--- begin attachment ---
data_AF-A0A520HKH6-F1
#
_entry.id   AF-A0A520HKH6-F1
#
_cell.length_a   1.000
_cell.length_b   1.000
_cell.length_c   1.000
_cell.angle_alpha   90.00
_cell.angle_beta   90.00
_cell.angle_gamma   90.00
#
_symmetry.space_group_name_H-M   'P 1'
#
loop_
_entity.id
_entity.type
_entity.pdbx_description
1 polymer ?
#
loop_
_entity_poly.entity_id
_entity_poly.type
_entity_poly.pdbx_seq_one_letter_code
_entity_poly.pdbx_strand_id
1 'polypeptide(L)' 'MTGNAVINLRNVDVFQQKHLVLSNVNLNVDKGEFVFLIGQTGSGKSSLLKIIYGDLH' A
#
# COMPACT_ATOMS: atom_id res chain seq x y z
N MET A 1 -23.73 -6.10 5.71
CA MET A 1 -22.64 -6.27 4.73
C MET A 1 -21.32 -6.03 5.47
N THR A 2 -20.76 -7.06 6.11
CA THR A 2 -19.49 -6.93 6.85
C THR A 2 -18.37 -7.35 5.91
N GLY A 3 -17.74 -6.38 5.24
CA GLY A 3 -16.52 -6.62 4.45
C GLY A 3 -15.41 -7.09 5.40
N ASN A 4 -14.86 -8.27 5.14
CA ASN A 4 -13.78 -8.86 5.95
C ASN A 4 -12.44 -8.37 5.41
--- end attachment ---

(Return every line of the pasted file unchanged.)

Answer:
data_AF-A0A520HKH6-F1
#
_entry.id   AF-A0A520HKH6-F1
#
_cell.length_a   1.000
_cell.length_b   1.000
_cell.length_c   1.000
_cell.angle_alpha   90.00
_cell.angle_beta   90.00
_cell.angle_gamma   90.00
#
_symmetry.space_group_name_H-M   'P 1'
#
loop_
_entity.id
_entity.type
_entity.pdbx_description
1 polymer ?
#
loop_
_entity_poly.entity_id
_entity_poly.type
_entity_poly.pdbx_seq_one_letter_code
_entity_poly.pdbx_strand_id
1 'polypeptide(L)' 'MTGNAVINLRNVDVFQQKHLVLSNVNLNVDKGEFVFLIGQTGSGKSSLLKIIYGDLH' A
#
# COMPACT_ATOMS: atom_id res chain seq x y z
N MET A 1 -23.73 -6.10 5.71
CA MET A 1 -22.64 -6.27 4.73
C MET A 1 -21.32 -6.03 5.47
N THR A 2 -20.76 -7.06 6.11
CA THR A 2 -19.49 -6.93 6.85
C THR A 2 -18.37 -7.35 5.91
N GLY A 3 -17.74 -6.38 5.24
CA GLY A 3 -16.52 -6.62 4.45
C GLY A 3 -15.41 -7.09 5.40
N ASN A 4 -14.86 -8.27 5.14
CA ASN A 4 -13.78 -8.86 5.95
C ASN A 4 -12.44 -8.37 5.41